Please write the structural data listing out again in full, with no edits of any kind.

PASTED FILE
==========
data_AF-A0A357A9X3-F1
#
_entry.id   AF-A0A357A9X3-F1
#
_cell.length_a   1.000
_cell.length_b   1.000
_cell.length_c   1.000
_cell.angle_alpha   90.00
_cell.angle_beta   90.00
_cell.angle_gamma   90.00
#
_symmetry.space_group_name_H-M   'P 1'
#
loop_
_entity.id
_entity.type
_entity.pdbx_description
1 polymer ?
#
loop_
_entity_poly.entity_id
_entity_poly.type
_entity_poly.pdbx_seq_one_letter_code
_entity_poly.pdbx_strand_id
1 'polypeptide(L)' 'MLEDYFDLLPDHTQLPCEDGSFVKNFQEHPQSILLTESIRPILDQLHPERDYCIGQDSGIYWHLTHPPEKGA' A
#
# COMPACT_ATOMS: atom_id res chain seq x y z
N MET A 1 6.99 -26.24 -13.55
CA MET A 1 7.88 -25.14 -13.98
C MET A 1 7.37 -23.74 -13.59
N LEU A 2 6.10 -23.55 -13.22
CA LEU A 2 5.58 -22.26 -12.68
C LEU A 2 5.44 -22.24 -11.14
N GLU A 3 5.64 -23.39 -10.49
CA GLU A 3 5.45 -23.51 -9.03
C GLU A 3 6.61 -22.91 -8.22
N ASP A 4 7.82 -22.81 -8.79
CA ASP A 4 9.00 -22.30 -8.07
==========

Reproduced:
data_AF-A0A357A9X3-F1
#
_entry.id   AF-A0A357A9X3-F1
#
_cell.length_a   1.000
_cell.length_b   1.000
_cell.length_c   1.000
_cell.angle_alpha   90.00
_cell.angle_beta   90.00
_cell.angle_gamma   90.00
#
_symmetry.space_group_name_H-M   'P 1'
#
loop_
_entity.id
_entity.type
_entity.pdbx_description
1 polymer ?
#
loop_
_entity_poly.entity_id
_entity_poly.type
_entity_poly.pdbx_seq_one_letter_code
_entity_poly.pdbx_strand_id
1 'polypeptide(L)' 'MLEDYFDLLPDHTQLPCEDGSFVKNFQEHPQSILLTESIRPILDQLHPERDYCIGQDSGIYWHLTHPPEKGA' A
#
# COMPACT_ATOMS: atom_id res chain seq x y z
N MET A 1 6.99 -26.24 -13.55
CA MET A 1 7.88 -25.14 -13.98
C MET A 1 7.37 -23.74 -13.59
N LEU A 2 6.10 -23.55 -13.22
CA LEU A 2 5.58 -22.26 -12.68
C LEU A 2 5.44 -22.24 -11.14
N GLU A 3 5.64 -23.39 -10.49
CA GLU A 3 5.45 -23.51 -9.03
C GLU A 3 6.61 -22.91 -8.22
N ASP A 4 7.82 -22.81 -8.79
CA ASP A 4 9.00 -22.30 -8.07